Yet another model was in a unique 1/3 scale and was not built by Ogawa. In fact, this was a suit-mation version, or a costume made by Nobuyuki Yasumaru of Toho Special Effects. Although it was designed to be worn completely by a human being, it was used for filming individual parts, such as hands or feet. The balance and details of each piece was different from those of miniatures such as 1/8 models.
Mary Ann is about 2 feet (60cm) long, and had an opening to affix a bar when shooting (against a bluescreen backdrop) with a motion control camera, the pride of Imagica. Some shots were taken using traditional piano wire suspension, such as Mary Ann‘s plunge into the sea of clouds at the beginning. The jet heli that Nim flew was a Toho miniature modified for the film.
According to the specs, the Aerobot is 16.3m long (about 3 times as long as the Gunhed). Even though it was a 1/8 scale miniature, it was still ridiculously large; its overall length was 2 meters, and its width was 1.2 meters. All movements of this Aerobot can be controlled by a cable and its “movement” is completely beyond that of the Gunhed. Koji Matsumoto, the veteran operator of the Aerobot, said, “There’s nothing for me to do!” Out of respect, the effects staff gave this great enemy the name “Invincible Aerobot,” written under the robot’s control panel in red marker.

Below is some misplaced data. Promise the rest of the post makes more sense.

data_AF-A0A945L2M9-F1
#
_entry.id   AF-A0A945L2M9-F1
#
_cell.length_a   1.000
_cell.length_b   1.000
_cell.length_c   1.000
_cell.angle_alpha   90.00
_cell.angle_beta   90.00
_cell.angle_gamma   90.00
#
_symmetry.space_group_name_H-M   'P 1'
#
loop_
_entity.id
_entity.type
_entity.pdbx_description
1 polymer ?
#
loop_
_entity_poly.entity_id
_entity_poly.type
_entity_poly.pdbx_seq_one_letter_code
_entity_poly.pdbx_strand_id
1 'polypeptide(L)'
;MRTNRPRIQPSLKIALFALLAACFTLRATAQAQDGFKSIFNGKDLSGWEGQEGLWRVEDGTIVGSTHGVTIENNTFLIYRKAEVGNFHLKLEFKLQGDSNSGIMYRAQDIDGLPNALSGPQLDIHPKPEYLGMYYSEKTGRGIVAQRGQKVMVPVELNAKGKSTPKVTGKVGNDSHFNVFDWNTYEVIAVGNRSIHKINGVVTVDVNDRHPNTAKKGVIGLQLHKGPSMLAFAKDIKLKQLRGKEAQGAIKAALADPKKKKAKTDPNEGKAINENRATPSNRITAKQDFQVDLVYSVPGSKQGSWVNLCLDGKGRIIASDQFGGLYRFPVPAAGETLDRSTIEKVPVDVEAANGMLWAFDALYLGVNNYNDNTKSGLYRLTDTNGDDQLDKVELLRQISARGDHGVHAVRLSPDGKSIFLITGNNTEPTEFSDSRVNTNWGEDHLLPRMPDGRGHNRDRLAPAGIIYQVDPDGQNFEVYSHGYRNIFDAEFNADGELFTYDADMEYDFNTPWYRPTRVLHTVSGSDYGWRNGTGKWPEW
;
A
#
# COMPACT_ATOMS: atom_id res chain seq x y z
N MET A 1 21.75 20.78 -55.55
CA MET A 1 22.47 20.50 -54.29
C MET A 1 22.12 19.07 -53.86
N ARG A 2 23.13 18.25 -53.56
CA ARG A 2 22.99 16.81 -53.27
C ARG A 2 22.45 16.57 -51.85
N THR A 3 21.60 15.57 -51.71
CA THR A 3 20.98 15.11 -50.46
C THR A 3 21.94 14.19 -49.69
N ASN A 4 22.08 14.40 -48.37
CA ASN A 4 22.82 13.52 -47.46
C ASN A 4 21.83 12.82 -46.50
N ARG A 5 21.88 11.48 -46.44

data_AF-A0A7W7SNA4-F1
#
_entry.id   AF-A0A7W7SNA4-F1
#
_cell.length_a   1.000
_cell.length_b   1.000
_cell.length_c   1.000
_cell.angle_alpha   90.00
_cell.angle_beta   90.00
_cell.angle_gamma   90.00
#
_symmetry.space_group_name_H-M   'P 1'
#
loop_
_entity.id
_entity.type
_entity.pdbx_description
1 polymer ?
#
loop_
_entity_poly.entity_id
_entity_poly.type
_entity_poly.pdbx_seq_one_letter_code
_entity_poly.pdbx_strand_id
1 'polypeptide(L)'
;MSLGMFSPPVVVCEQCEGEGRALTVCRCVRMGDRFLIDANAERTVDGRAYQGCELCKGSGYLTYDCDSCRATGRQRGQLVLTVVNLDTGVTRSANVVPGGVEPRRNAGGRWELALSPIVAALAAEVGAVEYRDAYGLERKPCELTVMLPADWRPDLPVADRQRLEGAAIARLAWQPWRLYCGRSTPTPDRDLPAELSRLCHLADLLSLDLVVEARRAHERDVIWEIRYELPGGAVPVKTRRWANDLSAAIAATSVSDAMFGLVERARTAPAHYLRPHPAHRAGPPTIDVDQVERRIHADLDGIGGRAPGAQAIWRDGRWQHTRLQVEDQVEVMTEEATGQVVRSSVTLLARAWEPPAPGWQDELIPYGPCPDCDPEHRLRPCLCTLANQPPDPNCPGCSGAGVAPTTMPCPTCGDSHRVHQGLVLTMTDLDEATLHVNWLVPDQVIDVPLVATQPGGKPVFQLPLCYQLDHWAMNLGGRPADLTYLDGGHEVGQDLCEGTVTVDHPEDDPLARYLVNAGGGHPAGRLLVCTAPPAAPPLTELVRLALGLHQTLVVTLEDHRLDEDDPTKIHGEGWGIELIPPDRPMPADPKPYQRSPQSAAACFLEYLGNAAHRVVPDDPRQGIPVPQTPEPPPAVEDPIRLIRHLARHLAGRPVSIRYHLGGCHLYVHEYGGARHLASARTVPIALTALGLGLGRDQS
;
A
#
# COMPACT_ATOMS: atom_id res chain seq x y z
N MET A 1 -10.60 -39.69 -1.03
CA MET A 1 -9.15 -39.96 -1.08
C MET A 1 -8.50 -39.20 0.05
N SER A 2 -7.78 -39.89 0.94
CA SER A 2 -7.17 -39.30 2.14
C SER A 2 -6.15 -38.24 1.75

Aerobot was based on the rough design by Shoji Kawamori. Studio Ox simplified it with input from special effects director Koichi Kawakita, and the final cleanup was drawn by artist Tetsuzo Osawa.
The Mother Tower that appears at the opening of the film was originally designed by Shoji Kawamori but was redrawn by Yuji Kaida, who participated in the project as a planning artist. Mother tower is primarily a painting, more of a cutout plate, but some parts were made in miniature. The urban landscape in Blade Runner was shot using the same technique.
Director Masato Harada, Special Effects Director Koichi Kawakita, and many others came together in this way to create Gunhed and break new ground in Japanese SFX cinema.